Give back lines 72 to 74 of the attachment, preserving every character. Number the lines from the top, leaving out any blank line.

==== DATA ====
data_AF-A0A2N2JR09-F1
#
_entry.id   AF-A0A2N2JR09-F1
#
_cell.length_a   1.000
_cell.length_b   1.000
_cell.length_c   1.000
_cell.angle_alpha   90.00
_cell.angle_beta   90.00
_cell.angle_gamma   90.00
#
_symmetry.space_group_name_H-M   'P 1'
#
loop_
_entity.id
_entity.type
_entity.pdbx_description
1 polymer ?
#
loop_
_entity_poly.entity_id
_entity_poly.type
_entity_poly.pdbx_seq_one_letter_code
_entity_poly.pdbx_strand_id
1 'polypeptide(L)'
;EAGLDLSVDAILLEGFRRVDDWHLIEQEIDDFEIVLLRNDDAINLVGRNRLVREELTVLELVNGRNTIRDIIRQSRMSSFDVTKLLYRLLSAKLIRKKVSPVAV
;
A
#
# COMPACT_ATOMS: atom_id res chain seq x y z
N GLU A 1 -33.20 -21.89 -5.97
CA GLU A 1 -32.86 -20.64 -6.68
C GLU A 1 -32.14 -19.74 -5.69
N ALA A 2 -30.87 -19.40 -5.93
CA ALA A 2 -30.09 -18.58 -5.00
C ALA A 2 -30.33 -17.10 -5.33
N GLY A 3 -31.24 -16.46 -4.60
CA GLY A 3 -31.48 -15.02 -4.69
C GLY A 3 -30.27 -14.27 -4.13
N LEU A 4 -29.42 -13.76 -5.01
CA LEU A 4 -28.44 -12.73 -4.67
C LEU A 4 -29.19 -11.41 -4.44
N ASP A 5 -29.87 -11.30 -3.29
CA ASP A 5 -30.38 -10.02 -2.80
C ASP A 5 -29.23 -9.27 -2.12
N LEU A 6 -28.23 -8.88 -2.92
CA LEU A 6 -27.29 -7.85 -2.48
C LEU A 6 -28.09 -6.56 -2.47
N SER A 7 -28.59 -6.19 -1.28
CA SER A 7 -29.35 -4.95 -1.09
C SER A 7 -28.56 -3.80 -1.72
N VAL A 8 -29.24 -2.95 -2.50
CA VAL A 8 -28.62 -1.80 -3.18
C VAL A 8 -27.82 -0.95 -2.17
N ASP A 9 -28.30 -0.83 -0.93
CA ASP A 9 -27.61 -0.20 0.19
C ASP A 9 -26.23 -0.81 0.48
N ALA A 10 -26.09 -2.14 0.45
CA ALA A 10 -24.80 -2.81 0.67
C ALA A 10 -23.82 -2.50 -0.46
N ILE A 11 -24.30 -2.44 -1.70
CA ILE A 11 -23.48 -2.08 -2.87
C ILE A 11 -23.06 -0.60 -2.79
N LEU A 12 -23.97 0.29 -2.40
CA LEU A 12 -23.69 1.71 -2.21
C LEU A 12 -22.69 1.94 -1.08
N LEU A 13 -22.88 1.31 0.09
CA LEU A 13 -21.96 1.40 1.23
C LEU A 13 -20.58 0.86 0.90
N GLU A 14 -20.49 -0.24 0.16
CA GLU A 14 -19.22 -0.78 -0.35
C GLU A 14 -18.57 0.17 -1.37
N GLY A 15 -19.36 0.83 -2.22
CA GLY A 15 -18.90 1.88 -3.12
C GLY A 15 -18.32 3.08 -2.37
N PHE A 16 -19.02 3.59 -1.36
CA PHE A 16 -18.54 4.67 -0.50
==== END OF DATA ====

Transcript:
C GLU A 14 -18.57 0.17 -1.37
N GLY A 15 -19.36 0.83 -2.22
CA GLY A 15 -18.90 1.88 -3.12